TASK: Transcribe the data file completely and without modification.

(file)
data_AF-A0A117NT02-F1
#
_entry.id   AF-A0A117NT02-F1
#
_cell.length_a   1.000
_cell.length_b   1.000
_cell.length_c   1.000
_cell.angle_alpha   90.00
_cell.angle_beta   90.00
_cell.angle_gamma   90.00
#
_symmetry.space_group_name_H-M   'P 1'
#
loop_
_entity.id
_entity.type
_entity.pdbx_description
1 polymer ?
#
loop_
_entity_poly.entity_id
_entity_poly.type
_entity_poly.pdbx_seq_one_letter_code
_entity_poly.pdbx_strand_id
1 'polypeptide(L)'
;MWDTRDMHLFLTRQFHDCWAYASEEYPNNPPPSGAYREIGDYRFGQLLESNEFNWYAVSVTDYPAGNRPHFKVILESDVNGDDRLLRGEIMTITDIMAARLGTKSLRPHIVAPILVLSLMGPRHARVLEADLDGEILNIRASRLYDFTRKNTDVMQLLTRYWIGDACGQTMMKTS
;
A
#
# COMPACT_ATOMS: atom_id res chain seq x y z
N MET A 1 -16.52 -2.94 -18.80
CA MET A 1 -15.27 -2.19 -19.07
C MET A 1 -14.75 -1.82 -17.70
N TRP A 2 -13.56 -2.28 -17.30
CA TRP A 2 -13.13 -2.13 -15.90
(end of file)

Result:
data_AF-A0A117NT02-F1
#
_entry.id   AF-A0A117NT02-F1
#
_cell.length_a   1.000
_cell.length_b   1.000
_cell.length_c   1.000
_cell.angle_alpha   90.00
_cell.angle_beta   90.00
_cell.angle_gamma   90.00
#
_symmetry.space_group_name_H-M   'P 1'
#
loop_
_entity.id
_entity.type
_entity.pdbx_description
1 polymer ?
#
loop_
_entity_poly.entity_id
_entity_poly.type
_entity_poly.pdbx_seq_one_letter_code
_entity_poly.pdbx_strand_id
1 'polypeptide(L)'
;MWDTRDMHLFLTRQFHDCWAYASEEYPNNPPPSGAYREIGDYRFGQLLESNEFNWYAVSVTDYPAGNRPHFKVILESDVNGDDRLLRGEIMTITDIMAARLGTKSLRPHIVAPILVLSLMGPRHARVLEADLDGEILNIRASRLYDFTRKNTDVMQLLTRYWIGDACGQTMMKTS
;
A
#
# COMPACT_ATOMS: atom_id res chain seq x y z
N MET A 1 -16.52 -2.94 -18.80
CA MET A 1 -15.27 -2.19 -19.07
C MET A 1 -14.75 -1.82 -17.70
N TRP A 2 -13.56 -2.28 -17.30
CA TRP A 2 -13.13 -2.13 -15.90